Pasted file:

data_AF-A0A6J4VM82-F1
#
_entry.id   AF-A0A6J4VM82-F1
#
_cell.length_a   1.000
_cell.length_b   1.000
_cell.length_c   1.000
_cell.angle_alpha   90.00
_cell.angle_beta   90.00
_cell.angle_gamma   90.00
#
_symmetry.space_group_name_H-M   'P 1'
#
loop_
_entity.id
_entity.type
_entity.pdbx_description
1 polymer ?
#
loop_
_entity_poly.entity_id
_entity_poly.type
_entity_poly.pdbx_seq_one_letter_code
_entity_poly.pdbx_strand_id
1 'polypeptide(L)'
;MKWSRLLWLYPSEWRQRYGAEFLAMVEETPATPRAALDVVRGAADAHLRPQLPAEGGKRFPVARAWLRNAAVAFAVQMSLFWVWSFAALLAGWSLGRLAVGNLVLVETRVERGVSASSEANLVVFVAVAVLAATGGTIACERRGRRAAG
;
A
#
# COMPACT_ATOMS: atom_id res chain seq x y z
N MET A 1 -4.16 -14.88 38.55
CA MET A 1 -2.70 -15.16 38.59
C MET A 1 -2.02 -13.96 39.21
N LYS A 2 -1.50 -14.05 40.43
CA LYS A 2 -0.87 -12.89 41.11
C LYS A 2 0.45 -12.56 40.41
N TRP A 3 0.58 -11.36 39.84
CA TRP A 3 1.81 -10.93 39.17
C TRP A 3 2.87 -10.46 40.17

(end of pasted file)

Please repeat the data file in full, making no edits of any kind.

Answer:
data_AF-A0A6J4VM82-F1
#
_entry.id   AF-A0A6J4VM82-F1
#
_cell.length_a   1.000
_cell.length_b   1.000
_cell.length_c   1.000
_cell.angle_alpha   90.00
_cell.angle_beta   90.00
_cell.angle_gamma   90.00
#
_symmetry.space_group_name_H-M   'P 1'
#
loop_
_entity.id
_entity.type
_entity.pdbx_description
1 polymer ?
#
loop_
_entity_poly.entity_id
_entity_poly.type
_entity_poly.pdbx_seq_one_letter_code
_entity_poly.pdbx_strand_id
1 'polypeptide(L)'
;MKWSRLLWLYPSEWRQRYGAEFLAMVEETPATPRAALDVVRGAADAHLRPQLPAEGGKRFPVARAWLRNAAVAFAVQMSLFWVWSFAALLAGWSLGRLAVGNLVLVETRVERGVSASSEANLVVFVAVAVLAATGGTIACERRGRRAAG
;
A
#
# COMPACT_ATOMS: atom_id res chain seq x y z
N MET A 1 -4.16 -14.88 38.55
CA MET A 1 -2.70 -15.16 38.59
C MET A 1 -2.02 -13.96 39.21
N LYS A 2 -1.50 -14.05 40.43
CA LYS A 2 -0.87 -12.89 41.11
C LYS A 2 0.45 -12.56 40.41
N TRP A 3 0.58 -11.36 39.84
CA TRP A 3 1.81 -10.93 39.17
C TRP A 3 2.87 -10.46 40.17